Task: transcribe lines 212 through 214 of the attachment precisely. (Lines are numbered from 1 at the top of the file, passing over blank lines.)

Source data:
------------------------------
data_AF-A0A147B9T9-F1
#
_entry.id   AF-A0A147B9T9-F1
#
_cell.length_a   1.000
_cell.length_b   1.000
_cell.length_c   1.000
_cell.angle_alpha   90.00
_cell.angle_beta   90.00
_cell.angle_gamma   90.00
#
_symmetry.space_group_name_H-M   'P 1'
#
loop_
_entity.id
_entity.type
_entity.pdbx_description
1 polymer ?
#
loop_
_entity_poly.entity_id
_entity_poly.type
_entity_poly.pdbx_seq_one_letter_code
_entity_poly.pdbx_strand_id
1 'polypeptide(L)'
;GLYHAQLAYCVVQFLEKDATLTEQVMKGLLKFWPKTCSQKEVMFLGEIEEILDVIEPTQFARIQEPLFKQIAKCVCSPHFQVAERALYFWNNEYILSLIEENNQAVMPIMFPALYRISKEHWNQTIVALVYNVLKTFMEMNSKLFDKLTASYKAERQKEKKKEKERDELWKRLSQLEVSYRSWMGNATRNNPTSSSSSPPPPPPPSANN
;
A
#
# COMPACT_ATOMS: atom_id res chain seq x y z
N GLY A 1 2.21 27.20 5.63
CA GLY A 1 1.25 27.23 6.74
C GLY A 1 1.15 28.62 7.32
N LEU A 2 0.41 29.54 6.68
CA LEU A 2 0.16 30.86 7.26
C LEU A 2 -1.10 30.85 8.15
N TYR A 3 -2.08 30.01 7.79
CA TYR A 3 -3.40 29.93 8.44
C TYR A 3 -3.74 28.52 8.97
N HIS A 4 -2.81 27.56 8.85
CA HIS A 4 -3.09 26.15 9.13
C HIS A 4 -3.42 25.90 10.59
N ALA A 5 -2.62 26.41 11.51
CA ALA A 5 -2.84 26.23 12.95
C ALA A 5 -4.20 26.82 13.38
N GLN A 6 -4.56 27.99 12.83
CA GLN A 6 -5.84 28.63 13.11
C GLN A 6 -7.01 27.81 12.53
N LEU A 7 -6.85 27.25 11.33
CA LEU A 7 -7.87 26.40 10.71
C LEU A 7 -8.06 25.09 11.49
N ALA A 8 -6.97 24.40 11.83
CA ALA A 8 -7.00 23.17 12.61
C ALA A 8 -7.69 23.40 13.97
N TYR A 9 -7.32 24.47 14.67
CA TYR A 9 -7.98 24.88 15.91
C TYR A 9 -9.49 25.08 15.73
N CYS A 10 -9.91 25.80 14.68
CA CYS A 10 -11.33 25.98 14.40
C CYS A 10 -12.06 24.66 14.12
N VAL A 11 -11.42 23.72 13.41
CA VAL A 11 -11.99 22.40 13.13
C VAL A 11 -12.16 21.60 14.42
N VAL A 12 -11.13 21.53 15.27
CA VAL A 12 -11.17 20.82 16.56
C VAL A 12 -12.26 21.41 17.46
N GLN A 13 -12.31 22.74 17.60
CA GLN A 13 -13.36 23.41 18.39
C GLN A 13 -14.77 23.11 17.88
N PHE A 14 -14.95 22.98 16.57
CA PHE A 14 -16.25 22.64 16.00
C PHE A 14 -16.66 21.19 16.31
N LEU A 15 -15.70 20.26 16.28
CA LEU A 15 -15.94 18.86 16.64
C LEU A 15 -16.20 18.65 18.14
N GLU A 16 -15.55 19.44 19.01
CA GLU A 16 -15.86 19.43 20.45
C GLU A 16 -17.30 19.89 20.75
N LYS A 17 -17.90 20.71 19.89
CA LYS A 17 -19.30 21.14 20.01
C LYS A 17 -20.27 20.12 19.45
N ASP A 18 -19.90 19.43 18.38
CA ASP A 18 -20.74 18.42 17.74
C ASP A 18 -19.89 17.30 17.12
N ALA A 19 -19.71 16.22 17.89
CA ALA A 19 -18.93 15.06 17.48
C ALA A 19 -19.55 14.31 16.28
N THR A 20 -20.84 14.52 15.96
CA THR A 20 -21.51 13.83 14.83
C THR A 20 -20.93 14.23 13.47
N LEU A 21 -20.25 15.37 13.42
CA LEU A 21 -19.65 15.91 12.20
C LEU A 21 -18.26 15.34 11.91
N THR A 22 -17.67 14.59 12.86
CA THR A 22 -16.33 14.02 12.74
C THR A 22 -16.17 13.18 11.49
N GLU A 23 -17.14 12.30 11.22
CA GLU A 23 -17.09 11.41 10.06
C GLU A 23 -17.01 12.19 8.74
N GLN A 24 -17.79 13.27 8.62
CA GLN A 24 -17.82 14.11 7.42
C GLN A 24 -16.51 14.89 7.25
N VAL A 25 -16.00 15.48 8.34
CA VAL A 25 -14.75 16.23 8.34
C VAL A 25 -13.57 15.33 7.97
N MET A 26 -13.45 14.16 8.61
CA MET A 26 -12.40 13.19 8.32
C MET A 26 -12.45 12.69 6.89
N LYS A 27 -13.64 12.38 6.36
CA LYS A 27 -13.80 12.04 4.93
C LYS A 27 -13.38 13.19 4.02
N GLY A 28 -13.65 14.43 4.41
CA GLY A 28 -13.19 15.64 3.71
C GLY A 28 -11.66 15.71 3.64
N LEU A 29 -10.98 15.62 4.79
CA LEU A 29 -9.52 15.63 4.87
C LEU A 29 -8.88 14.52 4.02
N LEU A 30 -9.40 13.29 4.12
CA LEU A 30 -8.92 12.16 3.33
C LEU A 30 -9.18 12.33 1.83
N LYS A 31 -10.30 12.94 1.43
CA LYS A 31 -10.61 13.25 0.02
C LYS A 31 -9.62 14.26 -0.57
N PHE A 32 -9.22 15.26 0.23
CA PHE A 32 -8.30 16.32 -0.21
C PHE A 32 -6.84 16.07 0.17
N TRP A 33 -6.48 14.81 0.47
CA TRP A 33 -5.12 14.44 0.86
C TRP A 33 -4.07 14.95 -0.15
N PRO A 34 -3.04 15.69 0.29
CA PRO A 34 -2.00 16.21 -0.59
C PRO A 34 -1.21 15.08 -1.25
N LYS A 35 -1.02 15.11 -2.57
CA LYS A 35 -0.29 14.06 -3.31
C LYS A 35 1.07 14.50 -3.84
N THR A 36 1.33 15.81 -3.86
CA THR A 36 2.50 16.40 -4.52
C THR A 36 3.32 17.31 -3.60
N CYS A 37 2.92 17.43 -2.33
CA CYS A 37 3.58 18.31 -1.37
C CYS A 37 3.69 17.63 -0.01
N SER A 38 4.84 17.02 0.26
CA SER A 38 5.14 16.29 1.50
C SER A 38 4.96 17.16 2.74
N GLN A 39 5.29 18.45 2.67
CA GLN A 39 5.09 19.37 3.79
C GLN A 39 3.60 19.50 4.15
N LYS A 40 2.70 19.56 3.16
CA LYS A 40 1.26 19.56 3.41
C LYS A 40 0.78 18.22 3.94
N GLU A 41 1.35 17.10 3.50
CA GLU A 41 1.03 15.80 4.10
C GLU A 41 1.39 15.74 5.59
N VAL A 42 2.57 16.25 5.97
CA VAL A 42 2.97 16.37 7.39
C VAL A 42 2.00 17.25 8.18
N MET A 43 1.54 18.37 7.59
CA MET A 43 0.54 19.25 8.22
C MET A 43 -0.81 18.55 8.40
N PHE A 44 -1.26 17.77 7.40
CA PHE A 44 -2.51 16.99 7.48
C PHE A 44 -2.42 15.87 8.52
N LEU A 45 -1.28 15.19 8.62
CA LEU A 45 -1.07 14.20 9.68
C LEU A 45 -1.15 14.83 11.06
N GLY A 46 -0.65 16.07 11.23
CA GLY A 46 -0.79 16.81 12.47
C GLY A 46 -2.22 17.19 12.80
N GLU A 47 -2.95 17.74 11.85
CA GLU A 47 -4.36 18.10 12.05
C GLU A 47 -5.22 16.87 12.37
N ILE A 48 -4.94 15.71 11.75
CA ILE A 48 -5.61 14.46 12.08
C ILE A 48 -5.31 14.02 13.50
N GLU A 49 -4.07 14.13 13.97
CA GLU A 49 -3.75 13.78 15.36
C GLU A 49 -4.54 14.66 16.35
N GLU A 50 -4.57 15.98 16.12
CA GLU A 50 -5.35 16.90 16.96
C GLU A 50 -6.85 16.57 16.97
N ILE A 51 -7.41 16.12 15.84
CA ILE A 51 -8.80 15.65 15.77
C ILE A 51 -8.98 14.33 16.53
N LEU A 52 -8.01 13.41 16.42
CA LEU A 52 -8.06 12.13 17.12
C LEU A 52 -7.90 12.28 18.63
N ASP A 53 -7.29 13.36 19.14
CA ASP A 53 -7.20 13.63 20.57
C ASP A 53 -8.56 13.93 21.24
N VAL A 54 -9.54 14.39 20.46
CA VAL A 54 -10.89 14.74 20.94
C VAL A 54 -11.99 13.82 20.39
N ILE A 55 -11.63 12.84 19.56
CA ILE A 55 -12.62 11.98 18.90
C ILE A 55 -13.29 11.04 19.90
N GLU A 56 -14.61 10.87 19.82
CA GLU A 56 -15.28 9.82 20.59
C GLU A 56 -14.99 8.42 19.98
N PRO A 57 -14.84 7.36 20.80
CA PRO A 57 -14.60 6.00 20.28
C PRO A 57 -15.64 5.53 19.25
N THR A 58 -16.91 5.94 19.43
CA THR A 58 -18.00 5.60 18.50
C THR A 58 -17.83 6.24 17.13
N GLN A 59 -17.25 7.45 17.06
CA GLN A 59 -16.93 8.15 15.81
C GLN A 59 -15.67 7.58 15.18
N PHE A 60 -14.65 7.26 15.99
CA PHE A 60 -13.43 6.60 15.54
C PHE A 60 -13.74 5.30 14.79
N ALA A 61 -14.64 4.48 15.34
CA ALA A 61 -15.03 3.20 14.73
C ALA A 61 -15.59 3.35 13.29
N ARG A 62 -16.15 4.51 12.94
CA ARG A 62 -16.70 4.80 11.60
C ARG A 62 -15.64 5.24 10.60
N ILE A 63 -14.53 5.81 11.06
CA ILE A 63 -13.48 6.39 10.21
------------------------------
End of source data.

CA ALA A 61 -15.03 3.20 14.73
C ALA A 61 -15.59 3.35 13.29
N ARG A 62 -16.15 4.51 12.94